HTC may have put out an impressive range of smartphones for 2012, but the company has still been struggling financially against the likes of Samsung. The company announced today that it would be withdrawing completely from the South Korean market following strong competition. As a result, HTC will be closing its Korean office, although it notes that it will be “a long term process and not an immediate one as we want to cause the least disturbance for our customers here and continue after-sales services.”
A major player in the smartphone wars bowing out of a major market is cause for concern, however. HTC faced strong competition in South Korea from incumbents such as Samsung and LG, with Apple’s iPhone also pushing its way into the Asian market. The move comes after HTC’s Korea manager, Lee Chul-hwan, was fired six months after he stepped into the role. HTC reportedly had a smartphone launch planned for South Korea in the second half of 2012, plans which may have been cancelled given the company’s withdrawal from the country.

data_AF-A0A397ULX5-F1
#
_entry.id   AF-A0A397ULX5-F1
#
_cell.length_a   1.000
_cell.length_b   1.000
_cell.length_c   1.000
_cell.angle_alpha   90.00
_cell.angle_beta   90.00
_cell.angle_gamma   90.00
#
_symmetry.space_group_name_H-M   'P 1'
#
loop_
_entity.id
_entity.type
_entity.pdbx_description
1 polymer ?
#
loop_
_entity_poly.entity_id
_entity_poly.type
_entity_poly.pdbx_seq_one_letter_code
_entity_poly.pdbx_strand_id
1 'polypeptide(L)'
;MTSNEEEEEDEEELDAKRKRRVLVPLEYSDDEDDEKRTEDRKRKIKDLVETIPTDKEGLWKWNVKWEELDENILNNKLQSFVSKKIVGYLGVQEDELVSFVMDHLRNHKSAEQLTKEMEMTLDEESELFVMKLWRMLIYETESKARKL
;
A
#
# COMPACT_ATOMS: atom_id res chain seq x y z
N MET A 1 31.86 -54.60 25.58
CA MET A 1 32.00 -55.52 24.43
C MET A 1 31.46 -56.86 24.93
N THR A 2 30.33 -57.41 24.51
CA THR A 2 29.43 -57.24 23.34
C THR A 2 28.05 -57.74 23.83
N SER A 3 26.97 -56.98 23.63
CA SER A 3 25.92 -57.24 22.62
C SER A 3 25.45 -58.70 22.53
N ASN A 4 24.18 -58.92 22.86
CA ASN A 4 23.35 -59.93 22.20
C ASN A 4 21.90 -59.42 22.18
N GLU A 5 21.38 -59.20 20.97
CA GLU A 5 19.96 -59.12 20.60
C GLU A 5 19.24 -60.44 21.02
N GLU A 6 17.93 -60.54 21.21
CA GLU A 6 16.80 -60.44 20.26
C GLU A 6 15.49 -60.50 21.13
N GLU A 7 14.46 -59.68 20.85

This latest piece of news comes just a month after HTC announced it would be withdrawing from Brazil. In a similar statement, the company said it would be halting sales and closing its offices there, but continuing after-sales support in the meantime. That closure, combined with the withdrawal from South Korea, are most likely a result of the company’s latest financials. HTC reported that profits were down 57% year-on-year, with revenue also down 26.8%.
The company has also been the subject of several patent lawsuits across the world. Apple briefly secured a ban against the HTC One X and EVO 4G LTE in the United States thanks to HTC’s infringement of a context menu patent. The company issued a software fix, with the handsets allowed back into the country soon afterwards. Meanwhile, a UK court ruled earlier this month that HTC didn’t infringe Apple’s patents. The maker of the iPhone claimed that HTC fell foul of four of its patents, with the judge in the case ruling that three were invalid and that HTC did not infringe on the other.
[via The Korea Times]